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Nov 2, 2014
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Prediction of Acyclovir Pharmacokinetics in Pediatric Populations using a Physiologically Based Pharmacokinetic (PBPK) Model

Abstract

Aim: To develop a PBPK model for acyclovir incorporating processes affecting the drug’s absorption and distribution after i.v. administration of acyclovir (ACV) as well as its in vivo formation after p.o. administration of the prodrug valacyclovir (VACV) pharmacokinetics in children.

Methods: A mechanistic absorption/PBPK model for VACV and ACV were developed using GastroPlus™ 8.5 (Simulations Plus, Inc.). The program’s Advanced Compartmental Absorption and Transit (ACAT™) model described the absorption of both drugs, while PK for both was simulated with its PBPKPlus™ module. All physiologies were generated by the program’s Population Estimates for Age-Related (PEAR™) Physiology™ module. Intestinal absorption and tissue distribution accounted for passive diffusion and carrier-mediated transport of both drugs. Total ACV clearance consisted of renal secretion (passive and carrier-mediated), biliary secretion, and metabolic clearance (Figure 1). VCAV clearance consisted of metabolic conversion to ACV and passive renal filtration (Figure 1). A pH-dependent model accounted for the degradation rate of VACV in the guy lumen [1]. Passive diffusion through cell membranes in the tissues was calculated from specific permeability-surface area product (SpecPStc) for each drug along with tissue cell volumes [10].

SpecPstc and carrier-mediated Vmax in gut, liver, and kidneys for ACV were fitted against in vivo data (Cp-time profiles and urine data) after 1- and 6-hr i.v. infusions of ACV in adults [5]. Reported in vitro Km values were used for MATE1, MATE2K, OCT and OAT [2,3]. The model was validated by predicting ACV PK after 1-hr i.v. infusions of ACV doses raning from 2.5 to 15 mg/kg [6].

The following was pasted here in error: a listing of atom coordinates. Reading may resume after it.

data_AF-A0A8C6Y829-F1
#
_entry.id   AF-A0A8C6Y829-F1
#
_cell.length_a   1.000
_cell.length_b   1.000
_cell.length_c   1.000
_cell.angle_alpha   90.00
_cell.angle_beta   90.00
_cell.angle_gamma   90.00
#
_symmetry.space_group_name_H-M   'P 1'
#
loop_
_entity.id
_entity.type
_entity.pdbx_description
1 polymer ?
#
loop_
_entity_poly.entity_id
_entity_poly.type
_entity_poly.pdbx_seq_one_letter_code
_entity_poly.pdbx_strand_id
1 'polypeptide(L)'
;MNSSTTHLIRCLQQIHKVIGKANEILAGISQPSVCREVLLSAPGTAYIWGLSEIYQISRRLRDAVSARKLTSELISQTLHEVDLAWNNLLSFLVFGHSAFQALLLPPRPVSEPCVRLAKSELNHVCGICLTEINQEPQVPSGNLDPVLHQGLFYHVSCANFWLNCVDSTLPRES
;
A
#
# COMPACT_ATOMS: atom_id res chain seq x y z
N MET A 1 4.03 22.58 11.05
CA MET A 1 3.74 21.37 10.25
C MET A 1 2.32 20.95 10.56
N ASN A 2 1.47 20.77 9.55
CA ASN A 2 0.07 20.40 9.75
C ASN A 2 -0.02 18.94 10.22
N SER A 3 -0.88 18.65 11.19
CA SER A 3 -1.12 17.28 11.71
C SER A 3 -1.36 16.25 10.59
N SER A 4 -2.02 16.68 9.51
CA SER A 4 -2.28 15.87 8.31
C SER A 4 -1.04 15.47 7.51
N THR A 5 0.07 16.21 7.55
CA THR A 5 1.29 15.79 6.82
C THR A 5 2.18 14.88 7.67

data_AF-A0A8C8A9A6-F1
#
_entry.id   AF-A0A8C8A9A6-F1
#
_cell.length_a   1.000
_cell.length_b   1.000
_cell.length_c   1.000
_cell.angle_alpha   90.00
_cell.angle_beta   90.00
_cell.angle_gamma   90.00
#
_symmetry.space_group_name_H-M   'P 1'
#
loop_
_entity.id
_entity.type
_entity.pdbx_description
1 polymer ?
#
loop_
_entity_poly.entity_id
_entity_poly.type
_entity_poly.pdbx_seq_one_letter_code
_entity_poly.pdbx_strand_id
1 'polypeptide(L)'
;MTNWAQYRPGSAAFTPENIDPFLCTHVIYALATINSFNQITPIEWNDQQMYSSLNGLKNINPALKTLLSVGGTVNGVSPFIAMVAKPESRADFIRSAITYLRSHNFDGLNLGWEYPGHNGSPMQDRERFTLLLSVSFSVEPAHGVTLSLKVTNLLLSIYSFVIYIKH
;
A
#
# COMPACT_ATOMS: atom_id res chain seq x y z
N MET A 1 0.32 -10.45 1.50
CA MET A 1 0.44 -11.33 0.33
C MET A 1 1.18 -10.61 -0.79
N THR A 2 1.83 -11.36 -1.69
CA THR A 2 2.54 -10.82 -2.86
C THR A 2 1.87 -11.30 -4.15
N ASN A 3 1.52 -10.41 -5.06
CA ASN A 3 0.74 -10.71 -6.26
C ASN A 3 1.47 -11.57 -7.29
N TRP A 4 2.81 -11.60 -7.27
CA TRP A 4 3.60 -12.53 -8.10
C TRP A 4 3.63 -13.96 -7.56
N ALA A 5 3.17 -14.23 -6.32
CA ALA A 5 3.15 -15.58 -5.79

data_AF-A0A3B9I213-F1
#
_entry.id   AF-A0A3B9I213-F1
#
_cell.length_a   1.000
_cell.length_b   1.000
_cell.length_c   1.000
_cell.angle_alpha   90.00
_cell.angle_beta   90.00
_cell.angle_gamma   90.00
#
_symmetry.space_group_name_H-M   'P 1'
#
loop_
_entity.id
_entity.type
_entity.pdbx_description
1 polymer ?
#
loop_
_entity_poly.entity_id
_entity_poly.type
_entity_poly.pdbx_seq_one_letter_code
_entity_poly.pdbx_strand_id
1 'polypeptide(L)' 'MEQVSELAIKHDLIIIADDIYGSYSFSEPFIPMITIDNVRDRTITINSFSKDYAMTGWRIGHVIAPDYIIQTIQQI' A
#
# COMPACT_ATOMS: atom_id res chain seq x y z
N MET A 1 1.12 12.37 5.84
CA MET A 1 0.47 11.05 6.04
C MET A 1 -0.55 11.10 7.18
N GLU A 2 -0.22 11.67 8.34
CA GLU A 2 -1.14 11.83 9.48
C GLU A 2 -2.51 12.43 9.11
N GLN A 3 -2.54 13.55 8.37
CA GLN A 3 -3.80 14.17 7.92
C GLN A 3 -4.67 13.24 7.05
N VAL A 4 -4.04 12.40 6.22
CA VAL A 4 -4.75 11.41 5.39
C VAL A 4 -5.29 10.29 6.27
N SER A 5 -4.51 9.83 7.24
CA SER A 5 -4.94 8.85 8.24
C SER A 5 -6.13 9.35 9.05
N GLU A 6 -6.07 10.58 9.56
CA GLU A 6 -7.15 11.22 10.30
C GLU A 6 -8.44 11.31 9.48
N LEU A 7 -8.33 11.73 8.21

SpecPstc, carrier-mediated uptake to gut, liver, and kidneys of VACV and metabolic conversion of VACV to ACV were fitted against Cp-time profiles of ACV after 100, 500, 1000mg p.o. administration of VACV. Reported in vitro Km values were used for Valacyclovirase and PepT1 [1,4]. The model was validated by predicting ACV PK after 250 and 750mg p.o. administration of VACV [7].

ACV PK in different pediatric groups was predicted using drug-dependent parameters obtained from the adult model and known age-dependent physiological changes.

American Association of Pharmaceutical Scientists (AAPS), November 2-6, 2014, San Diego, CA

By Viera Lukacova, Michael B. Bolger, Walter S. Woltosz

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